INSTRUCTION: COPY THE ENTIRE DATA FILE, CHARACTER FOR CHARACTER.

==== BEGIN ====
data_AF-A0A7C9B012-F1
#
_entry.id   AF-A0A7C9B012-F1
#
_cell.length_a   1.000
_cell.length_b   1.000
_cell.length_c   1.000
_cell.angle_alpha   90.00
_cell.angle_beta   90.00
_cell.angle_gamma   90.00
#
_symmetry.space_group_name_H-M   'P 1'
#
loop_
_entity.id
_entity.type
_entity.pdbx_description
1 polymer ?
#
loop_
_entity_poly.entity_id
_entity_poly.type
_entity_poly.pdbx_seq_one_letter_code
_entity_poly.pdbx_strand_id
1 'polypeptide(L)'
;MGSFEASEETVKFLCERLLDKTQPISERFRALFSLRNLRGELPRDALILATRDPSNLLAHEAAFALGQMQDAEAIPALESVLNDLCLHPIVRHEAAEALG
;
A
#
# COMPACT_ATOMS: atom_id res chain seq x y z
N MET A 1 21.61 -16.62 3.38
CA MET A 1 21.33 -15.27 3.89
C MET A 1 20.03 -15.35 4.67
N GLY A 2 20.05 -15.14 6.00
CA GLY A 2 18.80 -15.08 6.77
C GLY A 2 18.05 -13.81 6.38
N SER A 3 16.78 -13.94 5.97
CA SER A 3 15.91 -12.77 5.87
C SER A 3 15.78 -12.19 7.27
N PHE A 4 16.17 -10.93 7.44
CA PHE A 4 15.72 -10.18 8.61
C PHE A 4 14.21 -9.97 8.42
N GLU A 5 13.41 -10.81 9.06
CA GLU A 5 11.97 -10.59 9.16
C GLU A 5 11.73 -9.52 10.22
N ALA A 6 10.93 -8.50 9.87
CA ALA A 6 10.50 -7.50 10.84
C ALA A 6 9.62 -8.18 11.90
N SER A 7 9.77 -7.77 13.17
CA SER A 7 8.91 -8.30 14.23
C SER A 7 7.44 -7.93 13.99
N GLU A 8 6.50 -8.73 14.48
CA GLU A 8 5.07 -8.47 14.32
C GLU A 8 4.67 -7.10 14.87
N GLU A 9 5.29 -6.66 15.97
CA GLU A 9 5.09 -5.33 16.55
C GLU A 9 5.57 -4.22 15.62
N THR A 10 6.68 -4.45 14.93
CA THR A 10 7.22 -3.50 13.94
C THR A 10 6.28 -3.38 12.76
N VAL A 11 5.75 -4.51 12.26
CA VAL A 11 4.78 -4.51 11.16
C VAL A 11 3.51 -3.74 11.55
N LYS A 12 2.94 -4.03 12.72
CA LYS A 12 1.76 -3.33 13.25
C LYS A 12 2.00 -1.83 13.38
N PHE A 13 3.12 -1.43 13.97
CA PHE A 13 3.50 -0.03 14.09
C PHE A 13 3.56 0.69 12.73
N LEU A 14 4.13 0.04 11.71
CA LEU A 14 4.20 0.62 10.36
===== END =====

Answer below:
data_AF-A0A7C9B012-F1
#
_entry.id   AF-A0A7C9B012-F1
#
_cell.length_a   1.000
_cell.length_b   1.000
_cell.length_c   1.000
_cell.angle_alpha   90.00
_cell.angle_beta   90.00
_cell.angle_gamma   90.00
#
_symmetry.space_group_name_H-M   'P 1'
#
loop_
_entity.id
_entity.type
_entity.pdbx_description
1 polymer ?
#
loop_
_entity_poly.entity_id
_entity_poly.type
_entity_poly.pdbx_seq_one_letter_code
_entity_poly.pdbx_strand_id
1 'polypeptide(L)'
;MGSFEASEETVKFLCERLLDKTQPISERFRALFSLRNLRGELPRDALILATRDPSNLLAHEAAFALGQMQDAEAIPALESVLNDLCLHPIVRHEAAEALG
;
A
#
# COMPACT_ATOMS: atom_id res chain seq x y z
N MET A 1 21.61 -16.62 3.38
CA MET A 1 21.33 -15.27 3.89
C MET A 1 20.03 -15.35 4.67
N GLY A 2 20.05 -15.14 6.00
CA GLY A 2 18.80 -15.08 6.77
C GLY A 2 18.05 -13.81 6.38
N SER A 3 16.78 -13.94 5.97
CA SER A 3 15.91 -12.77 5.87
C SER A 3 15.78 -12.19 7.27
N PHE A 4 16.17 -10.93 7.44
CA PHE A 4 15.72 -10.18 8.61
C PHE A 4 14.21 -9.97 8.42
N GLU A 5 13.41 -10.81 9.06
CA GLU A 5 11.97 -10.59 9.16
C GLU A 5 11.73 -9.52 10.22
N ALA A 6 10.93 -8.50 9.87
CA ALA A 6 10.50 -7.50 10.84
C ALA A 6 9.62 -8.18 11.90
N SER A 7 9.77 -7.77 13.17
CA SER A 7 8.91 -8.30 14.23
C SER A 7 7.44 -7.93 13.99
N GLU A 8 6.50 -8.73 14.48
CA GLU A 8 5.07 -8.47 14.32
C GLU A 8 4.67 -7.10 14.87
N GLU A 9 5.29 -6.66 15.97
CA GLU A 9 5.09 -5.33 16.55
C GLU A 9 5.57 -4.22 15.62
N THR A 10 6.68 -4.45 14.93
CA THR A 10 7.22 -3.50 13.94
C THR A 10 6.28 -3.38 12.76
N VAL A 11 5.75 -4.51 12.26
CA VAL A 11 4.78 -4.51 11.16
C VAL A 11 3.51 -3.74 11.55
N LYS A 12 2.94 -4.03 12.72
CA LYS A 12 1.76 -3.33 13.25
C LYS A 12 2.00 -1.83 13.38
N PHE A 13 3.12 -1.43 13.97
CA PHE A 13 3.50 -0.03 14.09
C PHE A 13 3.56 0.69 12.73
N LEU A 14 4.13 0.04 11.71
CA LEU A 14 4.20 0.62 10.36